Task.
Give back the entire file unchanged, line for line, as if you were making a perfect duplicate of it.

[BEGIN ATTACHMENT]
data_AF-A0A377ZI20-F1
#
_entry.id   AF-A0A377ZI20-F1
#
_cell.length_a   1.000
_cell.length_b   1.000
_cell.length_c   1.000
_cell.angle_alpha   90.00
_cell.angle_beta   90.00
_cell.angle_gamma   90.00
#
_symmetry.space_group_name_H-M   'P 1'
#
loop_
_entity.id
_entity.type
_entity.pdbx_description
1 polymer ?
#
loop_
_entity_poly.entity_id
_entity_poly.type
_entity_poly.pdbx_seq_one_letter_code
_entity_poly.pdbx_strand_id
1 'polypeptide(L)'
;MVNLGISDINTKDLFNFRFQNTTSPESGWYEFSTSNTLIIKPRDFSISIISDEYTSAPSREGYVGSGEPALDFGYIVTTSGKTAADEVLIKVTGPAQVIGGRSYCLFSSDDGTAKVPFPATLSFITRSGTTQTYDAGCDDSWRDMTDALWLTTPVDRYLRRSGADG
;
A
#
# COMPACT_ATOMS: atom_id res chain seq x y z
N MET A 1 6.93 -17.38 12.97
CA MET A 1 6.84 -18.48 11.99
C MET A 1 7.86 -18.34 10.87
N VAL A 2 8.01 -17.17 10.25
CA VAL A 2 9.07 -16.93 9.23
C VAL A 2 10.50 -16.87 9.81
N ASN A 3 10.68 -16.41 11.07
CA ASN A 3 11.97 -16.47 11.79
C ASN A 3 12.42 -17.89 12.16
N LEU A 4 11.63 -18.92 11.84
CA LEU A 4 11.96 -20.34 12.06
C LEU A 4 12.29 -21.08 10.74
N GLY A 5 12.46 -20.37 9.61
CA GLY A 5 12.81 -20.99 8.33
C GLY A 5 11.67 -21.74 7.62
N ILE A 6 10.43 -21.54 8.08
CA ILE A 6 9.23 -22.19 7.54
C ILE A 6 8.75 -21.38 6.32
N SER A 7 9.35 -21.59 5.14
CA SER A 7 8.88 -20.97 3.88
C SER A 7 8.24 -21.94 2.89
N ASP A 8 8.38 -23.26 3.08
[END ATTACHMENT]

data_AF-A0A377ZI20-F1
#
_entry.id   AF-A0A377ZI20-F1
#
_cell.length_a   1.000
_cell.length_b   1.000
_cell.length_c   1.000
_cell.angle_alpha   90.00
_cell.angle_beta   90.00
_cell.angle_gamma   90.00
#
_symmetry.space_group_name_H-M   'P 1'
#
loop_
_entity.id
_entity.type
_entity.pdbx_description
1 polymer ?
#
loop_
_entity_poly.entity_id
_entity_poly.type
_entity_poly.pdbx_seq_one_letter_code
_entity_poly.pdbx_strand_id
1 'polypeptide(L)'
;MVNLGISDINTKDLFNFRFQNTTSPESGWYEFSTSNTLIIKPRDFSISIISDEYTSAPSREGYVGSGEPALDFGYIVTTSGKTAADEVLIKVTGPAQVIGGRSYCLFSSDDGTAKVPFPATLSFITRSGTTQTYDAGCDDSWRDMTDALWLTTPVDRYLRRSGADG
;
A
#
# COMPACT_ATOMS: atom_id res chain seq x y z
N MET A 1 6.93 -17.38 12.97
CA MET A 1 6.84 -18.48 11.99
C MET A 1 7.86 -18.34 10.87
N VAL A 2 8.01 -17.17 10.25
CA VAL A 2 9.07 -16.93 9.23
C VAL A 2 10.50 -16.87 9.81
N ASN A 3 10.68 -16.41 11.07
CA ASN A 3 11.97 -16.47 11.79
C ASN A 3 12.42 -17.89 12.16
N LEU A 4 11.63 -18.92 11.84
CA LEU A 4 11.96 -20.34 12.06
C LEU A 4 12.29 -21.08 10.74
N GLY A 5 12.46 -20.37 9.61
CA GLY A 5 12.81 -20.99 8.33
C GLY A 5 11.67 -21.74 7.62
N ILE A 6 10.43 -21.54 8.08
CA ILE A 6 9.23 -22.19 7.54
C ILE A 6 8.75 -21.38 6.32
N SER A 7 9.35 -21.59 5.14
CA SER A 7 8.88 -20.97 3.88
C SER A 7 8.24 -21.94 2.89
N ASP A 8 8.38 -23.26 3.08